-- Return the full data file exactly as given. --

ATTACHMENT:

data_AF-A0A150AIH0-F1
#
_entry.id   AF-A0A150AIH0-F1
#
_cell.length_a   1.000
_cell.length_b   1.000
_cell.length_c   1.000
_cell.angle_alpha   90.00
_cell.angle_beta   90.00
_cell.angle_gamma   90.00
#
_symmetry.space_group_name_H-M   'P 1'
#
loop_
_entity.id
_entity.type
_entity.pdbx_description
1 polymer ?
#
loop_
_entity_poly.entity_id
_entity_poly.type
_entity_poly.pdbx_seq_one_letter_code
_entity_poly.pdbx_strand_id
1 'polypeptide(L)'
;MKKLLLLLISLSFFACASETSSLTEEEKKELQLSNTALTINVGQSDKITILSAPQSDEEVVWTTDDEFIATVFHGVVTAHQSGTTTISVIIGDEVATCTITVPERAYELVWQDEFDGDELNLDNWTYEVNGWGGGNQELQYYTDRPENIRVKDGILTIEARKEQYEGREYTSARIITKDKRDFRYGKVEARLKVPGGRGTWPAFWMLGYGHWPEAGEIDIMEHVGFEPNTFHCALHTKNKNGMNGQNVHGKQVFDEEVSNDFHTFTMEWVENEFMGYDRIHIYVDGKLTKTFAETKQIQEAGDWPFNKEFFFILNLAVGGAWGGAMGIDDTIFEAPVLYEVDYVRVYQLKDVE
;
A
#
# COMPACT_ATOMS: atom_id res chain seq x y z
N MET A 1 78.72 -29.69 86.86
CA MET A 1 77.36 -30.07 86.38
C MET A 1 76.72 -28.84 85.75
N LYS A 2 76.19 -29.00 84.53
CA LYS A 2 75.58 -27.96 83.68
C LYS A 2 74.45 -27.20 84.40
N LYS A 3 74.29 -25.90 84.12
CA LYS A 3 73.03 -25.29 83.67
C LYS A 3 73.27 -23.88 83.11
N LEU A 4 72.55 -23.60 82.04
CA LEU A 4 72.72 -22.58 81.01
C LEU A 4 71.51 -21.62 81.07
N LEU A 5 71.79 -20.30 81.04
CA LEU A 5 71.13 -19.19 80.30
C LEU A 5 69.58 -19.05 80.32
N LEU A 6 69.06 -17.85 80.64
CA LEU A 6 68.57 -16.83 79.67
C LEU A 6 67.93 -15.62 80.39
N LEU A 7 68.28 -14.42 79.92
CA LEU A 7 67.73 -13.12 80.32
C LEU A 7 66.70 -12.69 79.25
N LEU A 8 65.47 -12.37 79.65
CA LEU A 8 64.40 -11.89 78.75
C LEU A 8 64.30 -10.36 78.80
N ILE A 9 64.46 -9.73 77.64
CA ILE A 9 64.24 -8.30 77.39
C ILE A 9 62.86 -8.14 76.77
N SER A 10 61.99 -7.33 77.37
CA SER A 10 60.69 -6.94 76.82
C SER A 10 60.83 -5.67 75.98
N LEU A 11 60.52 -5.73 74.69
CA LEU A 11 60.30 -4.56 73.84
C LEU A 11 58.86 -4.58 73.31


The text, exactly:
data_AF-A0A150AIH0-F1
#
_entry.id   AF-A0A150AIH0-F1
#
_cell.length_a   1.000
_cell.length_b   1.000
_cell.length_c   1.000
_cell.angle_alpha   90.00
_cell.angle_beta   90.00
_cell.angle_gamma   90.00
#
_symmetry.space_group_name_H-M   'P 1'
#
loop_
_entity.id
_entity.type
_entity.pdbx_description
1 polymer ?
#
loop_
_entity_poly.entity_id
_entity_poly.type
_entity_poly.pdbx_seq_one_letter_code
_entity_poly.pdbx_strand_id
1 'polypeptide(L)'
;MKKLLLLLISLSFFACASETSSLTEEEKKELQLSNTALTINVGQSDKITILSAPQSDEEVVWTTDDEFIATVFHGVVTAHQSGTTTISVIIGDEVATCTITVPERAYELVWQDEFDGDELNLDNWTYEVNGWGGGNQELQYYTDRPENIRVKDGILTIEARKEQYEGREYTSARIITKDKRDFRYGKVEARLKVPGGRGTWPAFWMLGYGHWPEAGEIDIMEHVGFEPNTFHCALHTKNKNGMNGQNVHGKQVFDEEVSNDFHTFTMEWVENEFMGYDRIHIYVDGKLTKTFAETKQIQEAGDWPFNKEFFFILNLAVGGAWGGAMGIDDTIFEAPVLYEVDYVRVYQLKDVE
;
A
#
# COMPACT_ATOMS: atom_id res chain seq x y z
N MET A 1 78.72 -29.69 86.86
CA MET A 1 77.36 -30.07 86.38
C MET A 1 76.72 -28.84 85.75
N LYS A 2 76.19 -29.00 84.53
CA LYS A 2 75.58 -27.96 83.68
C LYS A 2 74.45 -27.20 84.40
N LYS A 3 74.29 -25.90 84.12
CA LYS A 3 73.03 -25.29 83.67
C LYS A 3 73.27 -23.88 83.11
N LEU A 4 72.55 -23.60 82.04
CA LEU A 4 72.72 -22.58 81.01
C LEU A 4 71.51 -21.62 81.07
N LEU A 5 71.79 -20.30 81.04
CA LEU A 5 71.13 -19.19 80.30
C LEU A 5 69.58 -19.05 80.32
N LEU A 6 69.06 -17.85 80.64
CA LEU A 6 68.57 -16.83 79.67
C LEU A 6 67.93 -15.62 80.39
N LEU A 7 68.28 -14.42 79.92
CA LEU A 7 67.73 -13.12 80.32
C LEU A 7 66.70 -12.69 79.25
N LEU A 8 65.47 -12.37 79.65
CA LEU A 8 64.40 -11.89 78.75
C LEU A 8 64.30 -10.36 78.80
N ILE A 9 64.46 -9.73 77.64
CA ILE A 9 64.24 -8.30 77.39
C ILE A 9 62.86 -8.14 76.77
N SER A 10 61.99 -7.33 77.37
CA SER A 10 60.69 -6.94 76.82
C SER A 10 60.83 -5.67 75.98
N LEU A 11 60.52 -5.73 74.69
CA LEU A 11 60.30 -4.56 73.84
C LEU A 11 58.86 -4.58 73.31